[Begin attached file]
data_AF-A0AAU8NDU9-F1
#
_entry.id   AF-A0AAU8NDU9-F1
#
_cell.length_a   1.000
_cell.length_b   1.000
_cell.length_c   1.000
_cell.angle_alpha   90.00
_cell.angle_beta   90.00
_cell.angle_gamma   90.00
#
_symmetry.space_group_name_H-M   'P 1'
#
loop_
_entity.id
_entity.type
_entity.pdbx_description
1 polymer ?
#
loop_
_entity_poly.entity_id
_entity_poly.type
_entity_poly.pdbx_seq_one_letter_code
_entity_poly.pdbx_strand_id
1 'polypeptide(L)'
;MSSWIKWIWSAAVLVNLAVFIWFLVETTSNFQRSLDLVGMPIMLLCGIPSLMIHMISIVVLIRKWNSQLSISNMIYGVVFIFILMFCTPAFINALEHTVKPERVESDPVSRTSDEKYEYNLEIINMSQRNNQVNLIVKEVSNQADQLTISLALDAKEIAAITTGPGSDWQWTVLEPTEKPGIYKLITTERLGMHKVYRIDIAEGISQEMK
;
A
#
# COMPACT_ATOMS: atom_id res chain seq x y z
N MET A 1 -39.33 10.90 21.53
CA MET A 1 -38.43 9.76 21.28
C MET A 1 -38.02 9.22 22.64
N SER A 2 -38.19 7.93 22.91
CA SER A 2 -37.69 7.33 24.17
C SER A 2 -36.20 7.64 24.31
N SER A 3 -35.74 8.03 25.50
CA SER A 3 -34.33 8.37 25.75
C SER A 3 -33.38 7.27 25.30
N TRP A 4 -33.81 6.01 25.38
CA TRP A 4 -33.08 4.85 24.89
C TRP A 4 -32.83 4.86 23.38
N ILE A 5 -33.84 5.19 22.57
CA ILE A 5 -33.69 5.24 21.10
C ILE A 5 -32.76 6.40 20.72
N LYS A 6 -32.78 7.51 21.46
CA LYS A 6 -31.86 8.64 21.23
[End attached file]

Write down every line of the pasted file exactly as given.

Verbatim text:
data_AF-A0AAU8NDU9-F1
#
_entry.id   AF-A0AAU8NDU9-F1
#
_cell.length_a   1.000
_cell.length_b   1.000
_cell.length_c   1.000
_cell.angle_alpha   90.00
_cell.angle_beta   90.00
_cell.angle_gamma   90.00
#
_symmetry.space_group_name_H-M   'P 1'
#
loop_
_entity.id
_entity.type
_entity.pdbx_description
1 polymer ?
#
loop_
_entity_poly.entity_id
_entity_poly.type
_entity_poly.pdbx_seq_one_letter_code
_entity_poly.pdbx_strand_id
1 'polypeptide(L)'
;MSSWIKWIWSAAVLVNLAVFIWFLVETTSNFQRSLDLVGMPIMLLCGIPSLMIHMISIVVLIRKWNSQLSISNMIYGVVFIFILMFCTPAFINALEHTVKPERVESDPVSRTSDEKYEYNLEIINMSQRNNQVNLIVKEVSNQADQLTISLALDAKEIAAITTGPGSDWQWTVLEPTEKPGIYKLITTERLGMHKVYRIDIAEGISQEMK
;
A
#
# COMPACT_ATOMS: atom_id res chain seq x y z
N MET A 1 -39.33 10.90 21.53
CA MET A 1 -38.43 9.76 21.28
C MET A 1 -38.02 9.22 22.64
N SER A 2 -38.19 7.93 22.91
CA SER A 2 -37.69 7.33 24.17
C SER A 2 -36.20 7.64 24.31
N SER A 3 -35.74 8.03 25.50
CA SER A 3 -34.33 8.37 25.75
C SER A 3 -33.38 7.27 25.30
N TRP A 4 -33.81 6.01 25.38
CA TRP A 4 -33.08 4.85 24.89
C TRP A 4 -32.83 4.86 23.38
N ILE A 5 -33.84 5.19 22.57
CA ILE A 5 -33.69 5.24 21.10
C ILE A 5 -32.76 6.40 20.72
N LYS A 6 -32.78 7.51 21.46
CA LYS A 6 -31.86 8.64 21.23